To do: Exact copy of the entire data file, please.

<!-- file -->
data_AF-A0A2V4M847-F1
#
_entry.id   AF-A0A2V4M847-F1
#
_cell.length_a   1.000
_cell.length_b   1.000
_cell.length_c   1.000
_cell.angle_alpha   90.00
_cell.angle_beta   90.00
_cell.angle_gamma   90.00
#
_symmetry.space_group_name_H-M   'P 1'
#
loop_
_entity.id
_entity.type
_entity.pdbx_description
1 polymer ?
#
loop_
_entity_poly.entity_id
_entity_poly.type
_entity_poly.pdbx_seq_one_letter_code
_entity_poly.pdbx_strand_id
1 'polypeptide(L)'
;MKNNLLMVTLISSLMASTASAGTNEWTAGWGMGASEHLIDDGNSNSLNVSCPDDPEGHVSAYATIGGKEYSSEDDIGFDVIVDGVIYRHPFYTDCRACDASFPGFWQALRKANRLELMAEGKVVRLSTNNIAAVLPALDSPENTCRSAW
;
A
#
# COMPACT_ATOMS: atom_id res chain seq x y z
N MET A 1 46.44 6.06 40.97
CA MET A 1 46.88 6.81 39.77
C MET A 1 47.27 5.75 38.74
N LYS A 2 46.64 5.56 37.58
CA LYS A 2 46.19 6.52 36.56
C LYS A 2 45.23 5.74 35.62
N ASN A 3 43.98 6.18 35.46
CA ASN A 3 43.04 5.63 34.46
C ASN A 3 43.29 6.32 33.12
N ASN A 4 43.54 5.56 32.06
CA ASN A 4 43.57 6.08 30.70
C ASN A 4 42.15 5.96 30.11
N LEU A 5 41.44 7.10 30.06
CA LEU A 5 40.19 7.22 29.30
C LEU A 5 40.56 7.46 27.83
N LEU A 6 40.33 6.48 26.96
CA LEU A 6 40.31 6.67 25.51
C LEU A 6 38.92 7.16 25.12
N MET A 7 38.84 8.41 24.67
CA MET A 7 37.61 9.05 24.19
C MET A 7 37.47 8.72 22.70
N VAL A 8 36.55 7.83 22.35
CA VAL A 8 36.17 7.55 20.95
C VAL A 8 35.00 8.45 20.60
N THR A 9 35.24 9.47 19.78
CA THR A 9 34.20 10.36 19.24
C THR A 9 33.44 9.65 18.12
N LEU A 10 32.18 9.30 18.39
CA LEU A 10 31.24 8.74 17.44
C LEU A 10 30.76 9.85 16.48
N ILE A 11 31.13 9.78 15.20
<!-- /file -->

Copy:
data_AF-A0A2V4M847-F1
#
_entry.id   AF-A0A2V4M847-F1
#
_cell.length_a   1.000
_cell.length_b   1.000
_cell.length_c   1.000
_cell.angle_alpha   90.00
_cell.angle_beta   90.00
_cell.angle_gamma   90.00
#
_symmetry.space_group_name_H-M   'P 1'
#
loop_
_entity.id
_entity.type
_entity.pdbx_description
1 polymer ?
#
loop_
_entity_poly.entity_id
_entity_poly.type
_entity_poly.pdbx_seq_one_letter_code
_entity_poly.pdbx_strand_id
1 'polypeptide(L)'
;MKNNLLMVTLISSLMASTASAGTNEWTAGWGMGASEHLIDDGNSNSLNVSCPDDPEGHVSAYATIGGKEYSSEDDIGFDVIVDGVIYRHPFYTDCRACDASFPGFWQALRKANRLELMAEGKVVRLSTNNIAAVLPALDSPENTCRSAW
;
A
#
# COMPACT_ATOMS: atom_id res chain seq x y z
N MET A 1 46.44 6.06 40.97
CA MET A 1 46.88 6.81 39.77
C MET A 1 47.27 5.75 38.74
N LYS A 2 46.64 5.56 37.58
CA LYS A 2 46.19 6.52 36.56
C LYS A 2 45.23 5.74 35.62
N ASN A 3 43.98 6.18 35.46
CA ASN A 3 43.04 5.63 34.46
C ASN A 3 43.29 6.32 33.12
N ASN A 4 43.54 5.56 32.06
CA ASN A 4 43.57 6.08 30.70
C ASN A 4 42.15 5.96 30.11
N LEU A 5 41.44 7.10 30.06
CA LEU A 5 40.19 7.22 29.30
C LEU A 5 40.56 7.46 27.83
N LEU A 6 40.33 6.48 26.96
CA LEU A 6 40.31 6.67 25.51
C LEU A 6 38.92 7.16 25.12
N MET A 7 38.84 8.41 24.67
CA MET A 7 37.61 9.05 24.19
C MET A 7 37.47 8.72 22.70
N VAL A 8 36.55 7.83 22.35
CA VAL A 8 36.17 7.55 20.95
C VAL A 8 35.00 8.45 20.60
N THR A 9 35.24 9.47 19.78
CA THR A 9 34.20 10.36 19.24
C THR A 9 33.44 9.65 18.12
N LEU A 10 32.18 9.30 18.39
CA LEU A 10 31.24 8.74 17.44
C LEU A 10 30.76 9.85 16.48
N ILE A 11 31.13 9.78 15.20